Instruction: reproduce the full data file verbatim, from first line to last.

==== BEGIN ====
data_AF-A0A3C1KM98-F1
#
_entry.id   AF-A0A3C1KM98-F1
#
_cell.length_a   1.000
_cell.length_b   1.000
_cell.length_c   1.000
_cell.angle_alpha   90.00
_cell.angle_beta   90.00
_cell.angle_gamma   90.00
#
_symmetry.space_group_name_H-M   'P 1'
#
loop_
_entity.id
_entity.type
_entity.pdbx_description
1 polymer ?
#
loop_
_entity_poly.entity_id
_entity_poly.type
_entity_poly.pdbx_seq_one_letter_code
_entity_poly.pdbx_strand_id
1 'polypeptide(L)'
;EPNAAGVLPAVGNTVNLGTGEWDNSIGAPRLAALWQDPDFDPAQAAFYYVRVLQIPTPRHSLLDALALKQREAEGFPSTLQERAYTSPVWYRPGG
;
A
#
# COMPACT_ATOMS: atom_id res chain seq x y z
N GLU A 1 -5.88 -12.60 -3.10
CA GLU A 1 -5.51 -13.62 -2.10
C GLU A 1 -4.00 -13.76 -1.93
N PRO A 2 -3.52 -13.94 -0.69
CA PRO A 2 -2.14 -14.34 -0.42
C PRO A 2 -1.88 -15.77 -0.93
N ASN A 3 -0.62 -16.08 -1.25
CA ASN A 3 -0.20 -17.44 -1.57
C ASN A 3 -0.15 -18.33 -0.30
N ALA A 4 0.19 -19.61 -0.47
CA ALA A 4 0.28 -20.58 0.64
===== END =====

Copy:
data_AF-A0A3C1KM98-F1
#
_entry.id   AF-A0A3C1KM98-F1
#
_cell.length_a   1.000
_cell.length_b   1.000
_cell.length_c   1.000
_cell.angle_alpha   90.00
_cell.angle_beta   90.00
_cell.angle_gamma   90.00
#
_symmetry.space_group_name_H-M   'P 1'
#
loop_
_entity.id
_entity.type
_entity.pdbx_description
1 polymer ?
#
loop_
_entity_poly.entity_id
_entity_poly.type
_entity_poly.pdbx_seq_one_letter_code
_entity_poly.pdbx_strand_id
1 'polypeptide(L)'
;EPNAAGVLPAVGNTVNLGTGEWDNSIGAPRLAALWQDPDFDPAQAAFYYVRVLQIPTPRHSLLDALALKQREAEGFPSTLQERAYTSPVWYRPGG
;
A
#
# COMPACT_ATOMS: atom_id res chain seq x y z
N GLU A 1 -5.88 -12.60 -3.10
CA GLU A 1 -5.51 -13.62 -2.10
C GLU A 1 -4.00 -13.76 -1.93
N PRO A 2 -3.52 -13.94 -0.69
CA PRO A 2 -2.14 -14.34 -0.42
C PRO A 2 -1.88 -15.77 -0.93
N ASN A 3 -0.62 -16.08 -1.25
CA ASN A 3 -0.20 -17.44 -1.57
C ASN A 3 -0.15 -18.33 -0.30
N ALA A 4 0.19 -19.61 -0.47
CA ALA A 4 0.28 -20.58 0.64